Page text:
Too Damn Old

It’s hard to feel “too old” for anything. You are never really sure when the day passed, the day you became too old for something, but man when you are on the far side of it, you realize not that you are now too old, but that you have been too old for something for a *long time*.

I don’t know when it happened, but I can’t hang posters on my wall without framing them first. I have to have a boxsprings support for my bed. I can’t dye my hair any more. I don’t know when I got to be too old to wear mittens, but I have to have all my fingers available to me now in the winter.

As is my style, I’m going to tell two stories here. First is from a rehearsal where I was working with a group of kids back in ’91 or ’92. As we were singing a bunch of stupid little songs, some other kids came in the back of the room and sang some mocking noise and then ducked out. I ignored them. They did it again, and I did it again. Then I had the kids sing and I went to the back of the room and when the boys stuck their heads in, I pulled them in with me. “Do you guys like to sing?” “GET THE FUCK OFF ME!!!” “Nah, come on, do you guys like to sing?” “ARE YOU A FAG?” “These kids here, these kids who are singing? That’s ten bucks a song plus ten bucks an hour.”


“Yeah, that’s right. We sing about 12 or 14 hours a week and do maybe 30 or 35 songs. These 12 year olds are making almost 500 dollars a week…” “FUCK YOU! GEDOFF!”

They ripped out of my grasp and left. They didn’t come back. The kids started singing again, but they sucked now. “What’s wrong, you guys suck?” Megan finally admitted, “I keep thinking those boys are gonna come back.”

“Those kids won’t come back because it’s too much work,” I said, in a piece of elegance that I still hold on to on cold nights like tonight. “There are two ways of living. One way is to see how much you can accomplish, and the other is to see how much you can get away with. Those boys wanted to see if they could yell obscenities and not get caught, once they got caught they knew they couldn’t get away with it. You guys are here because you want to see how much you can accomplish.”

I swear I said that. When I get going, I’m fucking awesome.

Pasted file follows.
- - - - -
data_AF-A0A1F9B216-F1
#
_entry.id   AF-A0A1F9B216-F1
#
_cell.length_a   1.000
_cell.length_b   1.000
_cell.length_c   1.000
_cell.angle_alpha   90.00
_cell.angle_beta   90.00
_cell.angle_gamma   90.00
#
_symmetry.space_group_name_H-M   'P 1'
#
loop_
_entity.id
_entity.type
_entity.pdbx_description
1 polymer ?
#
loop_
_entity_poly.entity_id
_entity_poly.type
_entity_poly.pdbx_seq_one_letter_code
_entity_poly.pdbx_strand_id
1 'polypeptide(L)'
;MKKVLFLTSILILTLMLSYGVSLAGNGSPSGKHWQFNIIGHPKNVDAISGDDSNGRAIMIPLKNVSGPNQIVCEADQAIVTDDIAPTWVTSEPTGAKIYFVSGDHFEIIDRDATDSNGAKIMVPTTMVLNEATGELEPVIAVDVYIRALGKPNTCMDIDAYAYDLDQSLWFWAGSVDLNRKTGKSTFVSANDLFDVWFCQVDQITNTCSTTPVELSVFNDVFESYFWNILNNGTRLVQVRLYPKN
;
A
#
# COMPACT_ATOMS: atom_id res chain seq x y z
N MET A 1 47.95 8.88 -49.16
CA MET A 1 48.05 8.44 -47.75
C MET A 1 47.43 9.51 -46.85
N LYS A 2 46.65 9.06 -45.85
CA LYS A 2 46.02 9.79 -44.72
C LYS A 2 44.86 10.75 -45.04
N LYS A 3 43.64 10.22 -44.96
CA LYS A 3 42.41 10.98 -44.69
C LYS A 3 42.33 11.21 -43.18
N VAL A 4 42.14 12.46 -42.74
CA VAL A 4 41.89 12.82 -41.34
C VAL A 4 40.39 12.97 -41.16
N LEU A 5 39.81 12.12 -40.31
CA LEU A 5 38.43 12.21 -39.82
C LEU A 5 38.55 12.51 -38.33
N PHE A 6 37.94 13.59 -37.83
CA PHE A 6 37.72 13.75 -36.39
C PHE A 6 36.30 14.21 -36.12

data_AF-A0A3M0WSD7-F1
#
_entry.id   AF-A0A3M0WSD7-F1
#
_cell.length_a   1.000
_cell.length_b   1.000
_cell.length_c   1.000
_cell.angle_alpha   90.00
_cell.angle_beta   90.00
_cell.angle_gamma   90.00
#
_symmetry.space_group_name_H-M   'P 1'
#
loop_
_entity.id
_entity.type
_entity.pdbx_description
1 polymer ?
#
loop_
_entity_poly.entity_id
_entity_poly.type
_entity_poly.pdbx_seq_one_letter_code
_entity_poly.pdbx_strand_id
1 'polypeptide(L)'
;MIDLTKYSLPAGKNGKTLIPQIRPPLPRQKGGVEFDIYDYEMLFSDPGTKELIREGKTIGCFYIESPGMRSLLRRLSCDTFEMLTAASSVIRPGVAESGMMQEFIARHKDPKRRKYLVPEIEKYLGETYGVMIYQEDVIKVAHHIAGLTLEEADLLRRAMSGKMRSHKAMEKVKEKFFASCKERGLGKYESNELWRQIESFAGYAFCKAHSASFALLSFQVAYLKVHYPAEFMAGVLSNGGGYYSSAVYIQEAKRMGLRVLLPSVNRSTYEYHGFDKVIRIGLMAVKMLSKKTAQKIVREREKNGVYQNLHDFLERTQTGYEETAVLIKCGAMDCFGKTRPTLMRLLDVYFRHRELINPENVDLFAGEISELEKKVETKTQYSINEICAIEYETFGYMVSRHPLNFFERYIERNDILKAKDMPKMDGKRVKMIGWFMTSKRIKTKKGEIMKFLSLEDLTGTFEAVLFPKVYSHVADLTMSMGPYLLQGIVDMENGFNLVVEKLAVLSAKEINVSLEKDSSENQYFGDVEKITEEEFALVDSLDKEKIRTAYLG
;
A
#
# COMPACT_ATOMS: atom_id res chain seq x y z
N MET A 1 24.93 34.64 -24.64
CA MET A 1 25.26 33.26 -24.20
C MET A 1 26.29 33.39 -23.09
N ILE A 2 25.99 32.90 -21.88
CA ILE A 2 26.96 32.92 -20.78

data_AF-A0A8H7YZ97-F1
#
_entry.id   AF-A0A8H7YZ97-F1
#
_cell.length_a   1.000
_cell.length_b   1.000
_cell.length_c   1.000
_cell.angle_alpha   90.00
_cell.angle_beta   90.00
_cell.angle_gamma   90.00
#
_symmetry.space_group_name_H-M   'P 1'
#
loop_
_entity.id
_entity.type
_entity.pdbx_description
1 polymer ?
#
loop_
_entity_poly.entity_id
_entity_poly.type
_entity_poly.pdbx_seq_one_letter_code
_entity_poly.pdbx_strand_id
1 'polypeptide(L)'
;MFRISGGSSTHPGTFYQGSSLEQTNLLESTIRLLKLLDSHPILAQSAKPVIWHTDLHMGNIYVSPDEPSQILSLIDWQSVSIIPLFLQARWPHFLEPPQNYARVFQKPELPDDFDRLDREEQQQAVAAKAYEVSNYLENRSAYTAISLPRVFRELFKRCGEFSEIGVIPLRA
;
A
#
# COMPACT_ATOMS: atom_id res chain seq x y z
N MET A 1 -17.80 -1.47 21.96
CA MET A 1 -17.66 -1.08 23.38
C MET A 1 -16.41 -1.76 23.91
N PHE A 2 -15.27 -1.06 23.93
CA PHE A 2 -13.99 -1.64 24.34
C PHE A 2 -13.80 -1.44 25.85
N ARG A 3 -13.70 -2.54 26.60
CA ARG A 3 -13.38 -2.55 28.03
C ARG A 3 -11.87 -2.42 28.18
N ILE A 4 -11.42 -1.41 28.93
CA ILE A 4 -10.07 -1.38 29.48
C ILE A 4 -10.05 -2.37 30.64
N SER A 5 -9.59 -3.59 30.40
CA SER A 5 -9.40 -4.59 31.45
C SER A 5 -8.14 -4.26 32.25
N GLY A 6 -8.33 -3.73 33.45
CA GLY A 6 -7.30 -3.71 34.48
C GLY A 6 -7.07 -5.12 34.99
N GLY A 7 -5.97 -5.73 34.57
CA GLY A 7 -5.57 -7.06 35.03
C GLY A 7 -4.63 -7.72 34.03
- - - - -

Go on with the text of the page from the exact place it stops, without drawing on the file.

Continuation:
Summer of ’96, I was producing As You Like It and I called a meeting of the entire staff and cast of the production. I knew these guys (God bless them, I still know most of them) and I knew that they were only half into making this play happen. I didn’t realize that some of my friends thought this would be a pep rally and brought banners and stuff to hold up when I used my catchphrases. I didn’t know it, but it didn’t surprize me when I learned about it later.

I sat down in front of this motley group and said, “I want to find out if we should pull out of this production.” No-one said anything. “Seriously, this is wrecking our summer, we should be having fun, the music isn’t ready, the money isn’t raised and none of us really wants to do it. I am suggesting that we just pull out of the time we asked for and have fun with our summer.”

Of course, pretty soon, even the most cynical 21 year old was on board and trying to convince *me* that this show could be awesome. I mean, it wasn’t, but of the things that never happened, raising money wasn’t one of them and I was able to pay people and, frankly, live in New York off the money for a month or two.

I’m getting to the point, just relax.

I realized today that I really may have outgrown my ability to inspire. The Gideon Three, as it were, prod each other in little ways, but honestly, we’re going to make plays anyway, all three of us are hell bent on crippling time-consuming obscurity and on expressing ourselves like so many feline anal glands, so we don’t really have to inspire one another. And these kids? They’re too much work for me. I just know there are people who are both talented and self-starters out there.

I mean, if I was twelve and I had a chance to make a couple hundred dollars before Christmas, even I would have done it. Especially if it meant being a musician. But, I think I’ve proven that I have survived and even thrived without anyone inspiring me for the first twenty or so years of my life.

All that to say, it occurs to me that I’m too old to make people do things they don’t want to do already. I can make people do them well if they are willing, or I can stand in awe and appreciation, but I can’t really change anyone’s mind.